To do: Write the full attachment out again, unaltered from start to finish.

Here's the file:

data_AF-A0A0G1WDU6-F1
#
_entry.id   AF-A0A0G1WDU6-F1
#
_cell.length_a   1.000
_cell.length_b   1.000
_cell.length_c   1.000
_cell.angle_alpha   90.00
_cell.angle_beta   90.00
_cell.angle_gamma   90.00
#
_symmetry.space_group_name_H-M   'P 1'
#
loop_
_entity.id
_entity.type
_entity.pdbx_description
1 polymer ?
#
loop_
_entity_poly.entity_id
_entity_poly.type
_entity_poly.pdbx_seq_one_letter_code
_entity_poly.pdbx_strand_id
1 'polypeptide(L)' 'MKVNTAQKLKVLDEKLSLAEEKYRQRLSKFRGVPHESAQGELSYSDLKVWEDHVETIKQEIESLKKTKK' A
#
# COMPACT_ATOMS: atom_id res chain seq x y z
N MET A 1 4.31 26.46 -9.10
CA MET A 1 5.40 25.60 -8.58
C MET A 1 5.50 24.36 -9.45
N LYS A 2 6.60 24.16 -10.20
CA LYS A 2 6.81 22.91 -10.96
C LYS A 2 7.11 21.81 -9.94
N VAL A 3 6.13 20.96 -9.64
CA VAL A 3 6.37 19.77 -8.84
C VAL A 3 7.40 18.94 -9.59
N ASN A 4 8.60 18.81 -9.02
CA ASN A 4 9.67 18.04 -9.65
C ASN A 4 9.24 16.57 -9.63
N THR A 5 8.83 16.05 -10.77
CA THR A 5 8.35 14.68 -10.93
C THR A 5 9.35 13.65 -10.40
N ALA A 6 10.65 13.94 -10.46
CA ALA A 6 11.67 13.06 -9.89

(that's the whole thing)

data_AF-A0A0G1WDU6-F1
#
_entry.id   AF-A0A0G1WDU6-F1
#
_cell.length_a   1.000
_cell.length_b   1.000
_cell.length_c   1.000
_cell.angle_alpha   90.00
_cell.angle_beta   90.00
_cell.angle_gamma   90.00
#
_symmetry.space_group_name_H-M   'P 1'
#
loop_
_entity.id
_entity.type
_entity.pdbx_description
1 polymer ?
#
loop_
_entity_poly.entity_id
_entity_poly.type
_entity_poly.pdbx_seq_one_letter_code
_entity_poly.pdbx_strand_id
1 'polypeptide(L)' 'MKVNTAQKLKVLDEKLSLAEEKYRQRLSKFRGVPHESAQGELSYSDLKVWEDHVETIKQEIESLKKTKK' A
#
# COMPACT_ATOMS: atom_id res chain seq x y z
N MET A 1 4.31 26.46 -9.10
CA MET A 1 5.40 25.60 -8.58
C MET A 1 5.50 24.36 -9.45
N LYS A 2 6.60 24.16 -10.20
CA LYS A 2 6.81 22.91 -10.96
C LYS A 2 7.11 21.81 -9.94
N VAL A 3 6.13 20.96 -9.64
CA VAL A 3 6.37 19.77 -8.84
C VAL A 3 7.40 18.94 -9.59
N ASN A 4 8.60 18.81 -9.02
CA ASN A 4 9.67 18.04 -9.65
C ASN A 4 9.24 16.57 -9.63
N THR A 5 8.83 16.05 -10.77
CA THR A 5 8.35 14.68 -10.93
C THR A 5 9.35 13.65 -10.40
N ALA A 6 10.65 13.94 -10.46
CA ALA A 6 11.67 13.06 -9.89